About seventeen years ago now, I worked for Royal Mail.
I started as a humble postwoman, where I used to cycle in all weathers – snow, rain, ice, sleet, and when it was sunny. Back then I got up at four in the morning to get into work for five. We were out and posting letters by seven am. Different to how it is now, where you are lucky to get your mail in the afternoon.
Raising in the ranks I became a postwoman higher grade. My job? I put the little blue dots on the letters so that the machine could read them. I could type three thousand postcodes in one hour. Nobody liked working next to me, because I was often finished before they were.
I worked in quality control, in more of an office setting. Part of my job was ringing around the local firms to see what they were sending in. Another was driving around in a van posting letters to see how long it took to get there.
I left to spend more time with my son, who was seven at the time. He was diagnosed with autism when he was two. When redundancy was offered, I told them I wanted to leave. They were reluctant, as I had been working there for eighteen years. One un-interview later I was able to leave and work more child friendly hours.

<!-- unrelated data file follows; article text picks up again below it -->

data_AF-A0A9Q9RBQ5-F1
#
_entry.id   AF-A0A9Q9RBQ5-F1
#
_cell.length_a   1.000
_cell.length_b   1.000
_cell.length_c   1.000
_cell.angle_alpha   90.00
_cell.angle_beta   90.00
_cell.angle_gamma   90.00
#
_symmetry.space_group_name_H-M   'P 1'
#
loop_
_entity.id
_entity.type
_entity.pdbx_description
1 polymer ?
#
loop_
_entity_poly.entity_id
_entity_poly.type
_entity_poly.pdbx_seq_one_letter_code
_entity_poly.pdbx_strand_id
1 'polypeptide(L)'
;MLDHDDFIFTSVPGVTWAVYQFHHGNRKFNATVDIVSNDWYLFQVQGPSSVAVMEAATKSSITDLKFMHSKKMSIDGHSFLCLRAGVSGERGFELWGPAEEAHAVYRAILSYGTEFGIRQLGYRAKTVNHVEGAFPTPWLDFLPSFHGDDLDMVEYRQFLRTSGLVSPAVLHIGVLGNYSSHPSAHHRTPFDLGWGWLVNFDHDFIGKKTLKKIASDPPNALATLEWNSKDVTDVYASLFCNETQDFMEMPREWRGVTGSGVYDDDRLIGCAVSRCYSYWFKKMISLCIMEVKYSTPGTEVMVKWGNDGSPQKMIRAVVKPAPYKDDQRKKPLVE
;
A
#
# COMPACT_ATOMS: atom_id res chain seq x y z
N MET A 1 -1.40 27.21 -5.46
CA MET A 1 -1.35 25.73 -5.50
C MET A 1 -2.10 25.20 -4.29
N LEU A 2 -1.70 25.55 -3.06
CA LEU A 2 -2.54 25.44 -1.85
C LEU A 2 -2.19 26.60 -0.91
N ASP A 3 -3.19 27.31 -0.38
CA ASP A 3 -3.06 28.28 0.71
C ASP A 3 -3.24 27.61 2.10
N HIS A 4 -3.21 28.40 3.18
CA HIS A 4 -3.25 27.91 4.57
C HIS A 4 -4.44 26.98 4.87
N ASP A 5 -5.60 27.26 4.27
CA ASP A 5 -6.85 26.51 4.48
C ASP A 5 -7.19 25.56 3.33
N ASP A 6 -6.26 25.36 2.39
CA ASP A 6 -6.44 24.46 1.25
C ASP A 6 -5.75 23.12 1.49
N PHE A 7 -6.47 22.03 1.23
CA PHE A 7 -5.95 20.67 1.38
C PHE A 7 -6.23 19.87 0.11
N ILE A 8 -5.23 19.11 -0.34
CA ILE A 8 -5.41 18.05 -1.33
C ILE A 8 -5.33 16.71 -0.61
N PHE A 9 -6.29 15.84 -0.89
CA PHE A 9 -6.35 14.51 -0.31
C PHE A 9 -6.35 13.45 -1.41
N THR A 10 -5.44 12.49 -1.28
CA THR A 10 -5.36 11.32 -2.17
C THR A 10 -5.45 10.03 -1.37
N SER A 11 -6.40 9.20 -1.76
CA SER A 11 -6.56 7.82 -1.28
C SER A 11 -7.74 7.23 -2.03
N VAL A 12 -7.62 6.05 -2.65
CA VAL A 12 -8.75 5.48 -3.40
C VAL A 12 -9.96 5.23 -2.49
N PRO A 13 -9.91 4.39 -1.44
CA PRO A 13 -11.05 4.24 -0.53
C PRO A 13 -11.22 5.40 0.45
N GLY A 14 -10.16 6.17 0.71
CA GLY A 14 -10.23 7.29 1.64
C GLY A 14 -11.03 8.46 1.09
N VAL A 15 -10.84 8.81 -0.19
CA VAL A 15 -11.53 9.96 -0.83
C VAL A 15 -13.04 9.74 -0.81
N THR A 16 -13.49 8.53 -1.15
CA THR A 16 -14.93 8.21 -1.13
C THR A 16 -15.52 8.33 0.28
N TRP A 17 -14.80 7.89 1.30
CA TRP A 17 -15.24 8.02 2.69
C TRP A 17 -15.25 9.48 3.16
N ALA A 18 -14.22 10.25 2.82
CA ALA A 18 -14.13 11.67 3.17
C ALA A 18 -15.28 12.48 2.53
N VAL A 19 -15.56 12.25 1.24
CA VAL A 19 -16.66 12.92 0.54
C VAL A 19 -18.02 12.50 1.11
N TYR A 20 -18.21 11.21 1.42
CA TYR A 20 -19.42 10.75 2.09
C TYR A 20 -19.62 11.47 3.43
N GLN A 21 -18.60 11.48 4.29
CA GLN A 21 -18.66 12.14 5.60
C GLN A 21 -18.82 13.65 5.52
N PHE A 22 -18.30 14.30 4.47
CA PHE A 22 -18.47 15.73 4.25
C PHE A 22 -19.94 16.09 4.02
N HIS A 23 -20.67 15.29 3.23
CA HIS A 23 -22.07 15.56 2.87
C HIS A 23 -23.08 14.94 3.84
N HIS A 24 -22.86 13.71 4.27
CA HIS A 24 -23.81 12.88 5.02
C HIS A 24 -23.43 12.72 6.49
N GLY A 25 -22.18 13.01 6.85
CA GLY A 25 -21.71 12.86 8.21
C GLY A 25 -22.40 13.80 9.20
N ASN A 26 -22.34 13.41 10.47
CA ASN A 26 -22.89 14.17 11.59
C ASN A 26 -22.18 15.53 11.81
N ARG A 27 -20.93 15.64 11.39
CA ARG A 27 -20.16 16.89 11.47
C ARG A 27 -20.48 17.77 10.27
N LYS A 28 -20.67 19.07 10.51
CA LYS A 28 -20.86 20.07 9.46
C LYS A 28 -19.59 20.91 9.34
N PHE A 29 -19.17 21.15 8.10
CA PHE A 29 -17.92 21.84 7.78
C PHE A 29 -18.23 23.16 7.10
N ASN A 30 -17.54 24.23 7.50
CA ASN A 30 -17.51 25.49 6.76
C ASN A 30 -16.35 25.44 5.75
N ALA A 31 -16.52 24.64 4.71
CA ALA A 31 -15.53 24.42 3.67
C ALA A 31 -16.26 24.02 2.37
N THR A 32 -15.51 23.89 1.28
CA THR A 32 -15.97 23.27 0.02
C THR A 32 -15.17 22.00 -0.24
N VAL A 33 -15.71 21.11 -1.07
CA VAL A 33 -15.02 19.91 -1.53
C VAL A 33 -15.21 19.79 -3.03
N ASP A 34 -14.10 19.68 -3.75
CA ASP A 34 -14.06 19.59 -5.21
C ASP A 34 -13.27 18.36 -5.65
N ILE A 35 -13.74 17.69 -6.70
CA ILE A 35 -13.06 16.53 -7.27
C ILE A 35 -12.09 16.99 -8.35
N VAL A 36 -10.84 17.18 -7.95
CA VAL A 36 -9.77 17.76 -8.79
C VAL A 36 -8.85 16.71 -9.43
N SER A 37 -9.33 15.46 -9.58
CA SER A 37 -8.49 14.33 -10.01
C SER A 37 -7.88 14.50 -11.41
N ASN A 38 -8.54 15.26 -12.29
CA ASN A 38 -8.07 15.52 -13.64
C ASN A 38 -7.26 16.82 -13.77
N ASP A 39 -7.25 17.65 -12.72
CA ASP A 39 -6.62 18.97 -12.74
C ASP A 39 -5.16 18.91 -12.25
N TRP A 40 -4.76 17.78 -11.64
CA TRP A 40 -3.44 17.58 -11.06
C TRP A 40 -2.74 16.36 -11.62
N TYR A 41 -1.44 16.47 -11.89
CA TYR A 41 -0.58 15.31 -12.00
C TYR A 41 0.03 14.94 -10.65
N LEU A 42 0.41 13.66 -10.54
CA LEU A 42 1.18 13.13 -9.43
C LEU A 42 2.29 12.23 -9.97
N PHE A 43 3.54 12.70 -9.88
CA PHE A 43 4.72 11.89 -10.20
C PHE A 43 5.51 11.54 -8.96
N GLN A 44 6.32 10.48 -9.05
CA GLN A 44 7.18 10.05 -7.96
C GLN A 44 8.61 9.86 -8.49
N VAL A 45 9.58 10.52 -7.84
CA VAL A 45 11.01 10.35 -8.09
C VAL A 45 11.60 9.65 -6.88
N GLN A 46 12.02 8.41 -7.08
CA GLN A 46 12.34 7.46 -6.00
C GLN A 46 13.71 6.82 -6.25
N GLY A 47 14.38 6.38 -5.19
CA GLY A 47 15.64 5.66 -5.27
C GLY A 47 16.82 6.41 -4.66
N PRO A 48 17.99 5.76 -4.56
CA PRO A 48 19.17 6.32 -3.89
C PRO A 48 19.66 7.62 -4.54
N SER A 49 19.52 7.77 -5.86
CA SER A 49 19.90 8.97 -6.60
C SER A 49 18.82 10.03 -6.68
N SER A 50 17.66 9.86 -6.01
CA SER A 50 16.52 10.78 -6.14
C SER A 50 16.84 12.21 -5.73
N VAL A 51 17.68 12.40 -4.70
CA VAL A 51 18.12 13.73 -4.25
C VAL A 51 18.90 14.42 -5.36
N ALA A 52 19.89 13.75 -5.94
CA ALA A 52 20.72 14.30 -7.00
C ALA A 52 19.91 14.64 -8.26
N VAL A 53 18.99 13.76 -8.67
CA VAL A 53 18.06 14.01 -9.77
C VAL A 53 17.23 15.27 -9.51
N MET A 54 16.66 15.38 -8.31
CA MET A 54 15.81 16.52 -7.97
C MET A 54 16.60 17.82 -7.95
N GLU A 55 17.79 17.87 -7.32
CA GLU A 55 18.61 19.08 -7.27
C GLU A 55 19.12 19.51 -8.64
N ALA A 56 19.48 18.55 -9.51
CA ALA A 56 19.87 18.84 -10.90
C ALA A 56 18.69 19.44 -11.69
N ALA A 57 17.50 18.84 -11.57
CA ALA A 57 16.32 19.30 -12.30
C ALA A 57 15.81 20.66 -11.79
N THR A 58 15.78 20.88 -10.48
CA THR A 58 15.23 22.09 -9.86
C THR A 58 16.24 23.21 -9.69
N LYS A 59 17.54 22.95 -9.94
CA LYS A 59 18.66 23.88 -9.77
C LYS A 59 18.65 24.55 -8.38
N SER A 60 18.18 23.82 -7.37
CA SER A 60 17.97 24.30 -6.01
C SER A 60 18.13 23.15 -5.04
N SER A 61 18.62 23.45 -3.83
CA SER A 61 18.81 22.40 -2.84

Every year I got a pack of stamps worth five pounds, but they were a lot cheaper to buy then. They were extremely handy when sending out Christmas cards. Now I have to buy my own and from twenty-nine pence 17 years ago, they are now 76 pence and apparently going up to 86 pence in January. I always send mine second class anyway.